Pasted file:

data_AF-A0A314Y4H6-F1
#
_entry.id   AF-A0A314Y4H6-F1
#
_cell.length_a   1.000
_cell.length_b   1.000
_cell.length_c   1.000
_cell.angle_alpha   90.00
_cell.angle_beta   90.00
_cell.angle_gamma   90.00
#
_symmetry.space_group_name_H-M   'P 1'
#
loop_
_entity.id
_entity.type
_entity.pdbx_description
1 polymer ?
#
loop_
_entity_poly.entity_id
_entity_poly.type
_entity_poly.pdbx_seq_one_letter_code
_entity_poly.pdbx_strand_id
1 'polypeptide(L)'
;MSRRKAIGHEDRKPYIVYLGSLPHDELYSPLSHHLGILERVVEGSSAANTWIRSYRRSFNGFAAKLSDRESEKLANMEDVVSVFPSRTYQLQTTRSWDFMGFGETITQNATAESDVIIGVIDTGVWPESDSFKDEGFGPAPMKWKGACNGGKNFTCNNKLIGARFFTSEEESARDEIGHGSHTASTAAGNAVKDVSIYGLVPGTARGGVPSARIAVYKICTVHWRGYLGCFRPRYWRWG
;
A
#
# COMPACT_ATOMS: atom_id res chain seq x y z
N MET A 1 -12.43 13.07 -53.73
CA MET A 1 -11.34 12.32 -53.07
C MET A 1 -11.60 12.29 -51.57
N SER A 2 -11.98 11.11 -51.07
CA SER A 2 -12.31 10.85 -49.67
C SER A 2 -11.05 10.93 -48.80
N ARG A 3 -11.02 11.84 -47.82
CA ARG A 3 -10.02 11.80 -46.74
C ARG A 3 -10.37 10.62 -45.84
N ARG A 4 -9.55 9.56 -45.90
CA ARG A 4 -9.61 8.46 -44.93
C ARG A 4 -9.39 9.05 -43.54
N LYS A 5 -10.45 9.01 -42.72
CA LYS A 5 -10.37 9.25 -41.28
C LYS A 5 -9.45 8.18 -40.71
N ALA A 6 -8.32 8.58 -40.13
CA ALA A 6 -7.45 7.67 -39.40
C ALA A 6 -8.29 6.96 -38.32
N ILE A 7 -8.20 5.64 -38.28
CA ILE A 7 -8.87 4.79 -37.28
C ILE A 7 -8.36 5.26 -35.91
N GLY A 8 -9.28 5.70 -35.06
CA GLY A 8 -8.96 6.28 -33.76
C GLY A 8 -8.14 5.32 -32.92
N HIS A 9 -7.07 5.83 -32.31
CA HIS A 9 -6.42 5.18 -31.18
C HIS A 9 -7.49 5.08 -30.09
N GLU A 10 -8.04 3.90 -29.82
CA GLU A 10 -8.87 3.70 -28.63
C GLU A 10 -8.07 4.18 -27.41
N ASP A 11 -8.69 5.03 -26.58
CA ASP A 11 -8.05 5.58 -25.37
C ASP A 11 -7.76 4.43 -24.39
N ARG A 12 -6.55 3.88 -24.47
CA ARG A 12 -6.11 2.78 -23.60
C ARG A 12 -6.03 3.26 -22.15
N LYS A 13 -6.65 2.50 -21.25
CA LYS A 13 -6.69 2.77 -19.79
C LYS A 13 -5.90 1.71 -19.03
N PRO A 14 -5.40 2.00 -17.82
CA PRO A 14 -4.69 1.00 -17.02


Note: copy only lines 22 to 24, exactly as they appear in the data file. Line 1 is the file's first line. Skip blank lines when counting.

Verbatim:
_entity_poly.type
_entity_poly.pdbx_seq_one_letter_code
_entity_poly.pdbx_strand_id